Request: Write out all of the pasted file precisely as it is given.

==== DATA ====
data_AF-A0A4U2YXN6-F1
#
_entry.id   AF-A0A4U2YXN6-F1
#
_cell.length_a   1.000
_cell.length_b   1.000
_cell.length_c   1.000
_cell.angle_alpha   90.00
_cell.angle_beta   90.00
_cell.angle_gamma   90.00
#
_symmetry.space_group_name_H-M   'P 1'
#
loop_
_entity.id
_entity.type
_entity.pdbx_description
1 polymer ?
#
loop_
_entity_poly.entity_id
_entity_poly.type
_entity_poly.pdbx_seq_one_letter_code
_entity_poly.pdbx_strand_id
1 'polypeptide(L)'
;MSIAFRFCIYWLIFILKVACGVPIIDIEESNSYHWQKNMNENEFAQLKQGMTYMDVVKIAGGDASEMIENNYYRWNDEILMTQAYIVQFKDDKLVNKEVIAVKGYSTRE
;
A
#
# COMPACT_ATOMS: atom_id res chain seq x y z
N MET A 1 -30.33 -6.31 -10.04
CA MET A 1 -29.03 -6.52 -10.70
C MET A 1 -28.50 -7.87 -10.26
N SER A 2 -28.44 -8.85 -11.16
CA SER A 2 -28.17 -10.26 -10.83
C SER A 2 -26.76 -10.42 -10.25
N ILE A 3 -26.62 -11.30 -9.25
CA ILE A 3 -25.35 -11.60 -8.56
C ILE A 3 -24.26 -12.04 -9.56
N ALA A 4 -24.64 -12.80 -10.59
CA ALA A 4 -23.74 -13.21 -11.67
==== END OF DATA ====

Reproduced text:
data_AF-A0A4U2YXN6-F1
#
_entry.id   AF-A0A4U2YXN6-F1
#
_cell.length_a   1.000
_cell.length_b   1.000
_cell.length_c   1.000
_cell.angle_alpha   90.00
_cell.angle_beta   90.00
_cell.angle_gamma   90.00
#
_symmetry.space_group_name_H-M   'P 1'
#
loop_
_entity.id
_entity.type
_entity.pdbx_description
1 polymer ?
#
loop_
_entity_poly.entity_id
_entity_poly.type
_entity_poly.pdbx_seq_one_letter_code
_entity_poly.pdbx_strand_id
1 'polypeptide(L)'
;MSIAFRFCIYWLIFILKVACGVPIIDIEESNSYHWQKNMNENEFAQLKQGMTYMDVVKIAGGDASEMIENNYYRWNDEILMTQAYIVQFKDDKLVNKEVIAVKGYSTRE
;
A
#
# COMPACT_ATOMS: atom_id res chain seq x y z
N MET A 1 -30.33 -6.31 -10.04
CA MET A 1 -29.03 -6.52 -10.70
C MET A 1 -28.50 -7.87 -10.26
N SER A 2 -28.44 -8.85 -11.16
CA SER A 2 -28.17 -10.26 -10.83
C SER A 2 -26.76 -10.42 -10.25
N ILE A 3 -26.62 -11.30 -9.25
CA ILE A 3 -25.35 -11.60 -8.56
C ILE A 3 -24.26 -12.04 -9.56
N ALA A 4 -24.64 -12.80 -10.59
CA ALA A 4 -23.74 -13.21 -11.67